Jersey Central Power & Light has reached a tentative agreement with state regulators to allow it to recoup $736 million in storm recovery costs stemming from extreme weather in 2011 and 2012.
The settlement still needs to be approved by the New Jersey Board of Public Utilities, but typically the agency supports such agreements when its staff, the state Division of Rate Counsel, and a utility all sign on to a so-called stipulation reached by those parties in a rate case.
Under the agreement, the state’s second-largest electric utility, which has more than 1 million customers, would be allowed to recover virtually all of the $744 million in restoration costs JCP&L incurred during significant weather disruptions during those two years.
The proposed agreement is a rare positive event for a utility that has come under severe criticism from state regulators, consumer advocates, and its customers for its reliability and storm restoration efforts in the past three years — and even longer.
“The stipulation of settlement is a significant step in recovering the hundreds of millions of dollars JCP&L spent to restore customers to service as quickly and safely as possible following the devastating storms that affected New Jersey in 2011 and 2012,’’ said Ron Morano, a spokesman for the utility. “Recovery of storm-related costs is allowed under New Jersey law and is important to JCP&L’s ability to maintain and operate its infrastructure.’’
The bad news is that JCP&L is still facing a significant hit to its bottom line. In a separate base-rate case pending before the BPU, both the staff of the agency and the Division of Rate Counsel proposed cutting the utility’s rates by more than $200 million, a step some say would trim customers’ bills by one-third.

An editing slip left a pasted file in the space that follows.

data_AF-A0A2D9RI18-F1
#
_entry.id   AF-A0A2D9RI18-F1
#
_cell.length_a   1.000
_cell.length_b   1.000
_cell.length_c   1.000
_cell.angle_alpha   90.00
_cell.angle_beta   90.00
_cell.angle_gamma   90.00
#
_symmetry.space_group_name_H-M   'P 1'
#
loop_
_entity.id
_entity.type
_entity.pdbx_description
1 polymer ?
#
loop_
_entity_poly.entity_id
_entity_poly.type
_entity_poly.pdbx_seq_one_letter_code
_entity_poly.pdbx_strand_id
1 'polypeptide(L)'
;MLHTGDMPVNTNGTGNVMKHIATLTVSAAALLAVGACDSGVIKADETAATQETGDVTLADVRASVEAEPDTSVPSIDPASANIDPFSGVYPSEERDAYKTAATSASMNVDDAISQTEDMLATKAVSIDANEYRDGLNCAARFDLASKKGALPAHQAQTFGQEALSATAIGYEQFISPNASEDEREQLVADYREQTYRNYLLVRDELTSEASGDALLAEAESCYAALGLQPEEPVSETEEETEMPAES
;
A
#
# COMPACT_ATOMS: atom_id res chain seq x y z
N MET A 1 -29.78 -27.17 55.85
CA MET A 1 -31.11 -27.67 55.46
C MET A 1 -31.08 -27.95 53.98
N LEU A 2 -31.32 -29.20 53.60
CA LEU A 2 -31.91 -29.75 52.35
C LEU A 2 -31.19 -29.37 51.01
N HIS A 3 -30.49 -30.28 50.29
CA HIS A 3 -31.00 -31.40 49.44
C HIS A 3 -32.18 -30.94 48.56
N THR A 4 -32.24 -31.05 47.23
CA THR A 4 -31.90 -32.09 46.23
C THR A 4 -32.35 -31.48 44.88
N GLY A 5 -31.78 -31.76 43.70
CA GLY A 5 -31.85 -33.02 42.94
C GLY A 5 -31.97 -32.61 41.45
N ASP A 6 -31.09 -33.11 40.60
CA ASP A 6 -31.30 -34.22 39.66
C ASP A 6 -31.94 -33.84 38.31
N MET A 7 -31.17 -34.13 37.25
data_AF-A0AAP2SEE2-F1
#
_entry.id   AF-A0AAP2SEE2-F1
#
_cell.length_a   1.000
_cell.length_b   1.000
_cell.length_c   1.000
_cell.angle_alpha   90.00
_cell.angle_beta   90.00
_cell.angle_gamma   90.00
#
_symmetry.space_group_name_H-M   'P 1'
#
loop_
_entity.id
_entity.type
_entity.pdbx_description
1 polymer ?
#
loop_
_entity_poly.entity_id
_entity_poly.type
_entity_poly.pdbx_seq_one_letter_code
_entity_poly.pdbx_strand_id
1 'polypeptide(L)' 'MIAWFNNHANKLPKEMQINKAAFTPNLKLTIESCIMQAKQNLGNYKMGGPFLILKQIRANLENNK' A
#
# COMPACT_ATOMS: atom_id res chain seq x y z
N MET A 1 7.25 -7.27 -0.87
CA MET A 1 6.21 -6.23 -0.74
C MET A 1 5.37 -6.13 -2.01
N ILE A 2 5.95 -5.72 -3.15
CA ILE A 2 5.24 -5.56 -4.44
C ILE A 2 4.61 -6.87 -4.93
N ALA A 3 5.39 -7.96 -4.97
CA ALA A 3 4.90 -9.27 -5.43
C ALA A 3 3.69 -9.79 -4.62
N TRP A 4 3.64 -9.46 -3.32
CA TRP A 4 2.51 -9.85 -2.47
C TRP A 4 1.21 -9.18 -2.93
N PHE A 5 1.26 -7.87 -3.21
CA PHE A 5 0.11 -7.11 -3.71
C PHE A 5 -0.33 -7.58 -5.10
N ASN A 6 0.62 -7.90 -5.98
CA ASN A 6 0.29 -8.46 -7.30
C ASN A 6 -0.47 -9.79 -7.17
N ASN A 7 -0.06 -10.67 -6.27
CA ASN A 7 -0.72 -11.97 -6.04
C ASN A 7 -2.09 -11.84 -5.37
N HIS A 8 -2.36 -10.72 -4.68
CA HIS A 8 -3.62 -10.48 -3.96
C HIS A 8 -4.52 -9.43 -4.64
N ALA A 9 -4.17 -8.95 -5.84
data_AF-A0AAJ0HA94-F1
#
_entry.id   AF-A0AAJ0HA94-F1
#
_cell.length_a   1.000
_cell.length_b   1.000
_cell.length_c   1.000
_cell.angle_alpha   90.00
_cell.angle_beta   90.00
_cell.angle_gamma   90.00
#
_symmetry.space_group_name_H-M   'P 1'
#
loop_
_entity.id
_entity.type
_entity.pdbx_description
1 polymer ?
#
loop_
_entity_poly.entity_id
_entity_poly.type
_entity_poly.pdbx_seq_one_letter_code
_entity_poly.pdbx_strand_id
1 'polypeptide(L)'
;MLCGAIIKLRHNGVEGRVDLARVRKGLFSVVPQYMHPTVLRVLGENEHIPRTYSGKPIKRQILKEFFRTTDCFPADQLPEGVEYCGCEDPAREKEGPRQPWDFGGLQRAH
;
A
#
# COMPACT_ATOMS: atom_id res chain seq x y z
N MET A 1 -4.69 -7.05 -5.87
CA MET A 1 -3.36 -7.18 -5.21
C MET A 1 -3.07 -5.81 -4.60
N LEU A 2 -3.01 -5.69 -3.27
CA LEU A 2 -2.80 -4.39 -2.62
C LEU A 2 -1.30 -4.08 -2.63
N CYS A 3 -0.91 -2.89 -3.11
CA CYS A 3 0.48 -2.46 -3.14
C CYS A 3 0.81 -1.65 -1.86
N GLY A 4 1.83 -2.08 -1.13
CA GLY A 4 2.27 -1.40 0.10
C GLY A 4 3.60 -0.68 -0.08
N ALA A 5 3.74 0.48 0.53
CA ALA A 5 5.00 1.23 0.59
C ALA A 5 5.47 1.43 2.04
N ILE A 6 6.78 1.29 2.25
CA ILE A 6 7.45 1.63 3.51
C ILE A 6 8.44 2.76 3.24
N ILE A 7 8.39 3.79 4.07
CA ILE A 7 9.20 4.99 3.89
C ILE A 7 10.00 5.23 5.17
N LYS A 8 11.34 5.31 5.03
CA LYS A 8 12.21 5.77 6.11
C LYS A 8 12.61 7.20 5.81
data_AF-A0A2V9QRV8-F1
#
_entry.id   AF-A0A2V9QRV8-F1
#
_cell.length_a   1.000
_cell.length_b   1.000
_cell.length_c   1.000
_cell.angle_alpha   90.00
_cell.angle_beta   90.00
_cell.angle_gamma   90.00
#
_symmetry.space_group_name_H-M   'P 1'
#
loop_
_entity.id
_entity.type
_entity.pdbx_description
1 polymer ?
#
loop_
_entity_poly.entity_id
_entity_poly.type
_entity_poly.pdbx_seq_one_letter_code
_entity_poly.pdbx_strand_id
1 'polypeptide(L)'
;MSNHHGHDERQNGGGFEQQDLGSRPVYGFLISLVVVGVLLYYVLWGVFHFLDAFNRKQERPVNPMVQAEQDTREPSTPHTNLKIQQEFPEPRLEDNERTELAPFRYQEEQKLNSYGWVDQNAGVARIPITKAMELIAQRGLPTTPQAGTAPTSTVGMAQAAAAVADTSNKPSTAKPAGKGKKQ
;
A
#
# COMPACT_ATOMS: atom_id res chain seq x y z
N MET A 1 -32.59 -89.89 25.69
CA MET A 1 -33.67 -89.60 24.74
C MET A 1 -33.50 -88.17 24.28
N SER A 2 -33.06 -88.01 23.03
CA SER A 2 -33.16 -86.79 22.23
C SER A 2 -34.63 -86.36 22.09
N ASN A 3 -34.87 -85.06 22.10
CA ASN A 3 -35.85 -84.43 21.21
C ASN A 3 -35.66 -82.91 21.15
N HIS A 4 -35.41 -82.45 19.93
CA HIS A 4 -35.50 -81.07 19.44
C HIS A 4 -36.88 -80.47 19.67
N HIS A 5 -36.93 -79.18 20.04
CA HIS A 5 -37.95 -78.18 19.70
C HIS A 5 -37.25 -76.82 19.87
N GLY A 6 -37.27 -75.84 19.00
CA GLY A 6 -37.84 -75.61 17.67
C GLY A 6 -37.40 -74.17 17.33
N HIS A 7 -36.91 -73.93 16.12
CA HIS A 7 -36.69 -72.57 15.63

First Energy Corp, the Akron, Ohio-based energy conglomerate that is JCP&L’s parent, reported the news of the settlement, burying the information in one paragraph on page 23 of a 25-page quarterly earnings release.
With New Jersey being hammered by Hurricanes Sandy and Irene, as well a rare October snowfall in 2011 that toppled trees and power lines across the state, its electric and gas utilities incurred nearly $1 billion in storm restoration costs. Other than Atlantic City Electric, and now, possibly JCP&L, most utilities have not yet recovered those costs, which the BPU generally allows if it determines the money was prudently spent.
Not everyone is satisfied with the settlement. AARP of New Jersey and some municipalities that were part of the case refused to sign the stipulation, according to Ev Liebman, associate state director for advocacy for the organization.
“It’s difficult to take a look at this exclusive of everything else that is going on,’’ Liebman said. “If we had better standards (for utility reliability), we wouldn’t be left with ratepayers holding the bag for poor performance.’’
During Hurricane Sandy, JCP&L probably experienced the worst problems of the state’s utilities. Ninety percent of its customers lost power during the superstorm, some of whom were left without lights or electricity for 12 days or more.
In a brief filed by the Division of Rate Counsel in the separate rate case, between 2008 and 2011, the utility’s spending and tree-trimming budget was cut back significantly. According to an agency consultant, 57 percent of outages stemming from the October snowstorm were linked to tree-related problems.
In the proposed settlement, the Rate Counsel’s consultant argued the state should disallow $15 million of the utility’s storm recovery costs because of its failure to trim trees. In the end, the agency and JCP&L agreed to split the difference, reducing restoration expenses by $7.5 million, according to Stefanie Brand, director of the Division of Rate Counsel.
“Symbolically, it’s very important, even though it is a very small amount,’’ Brand said. “It’s the first time there has been a reduction in storm recovery costs. It’s an important message.’’
What the impact on JCP&L customers will be is still uncertain.
The agreement calls to roll in the 2011 storm restoration costs into the still pending base-rate case before the BPU. There is still disagreement over when the utility can recover its much larger storm restoration costs from Hurricane Sandy.
“I don’t think it will have much of an impact on ratepayers,’’ Brand said.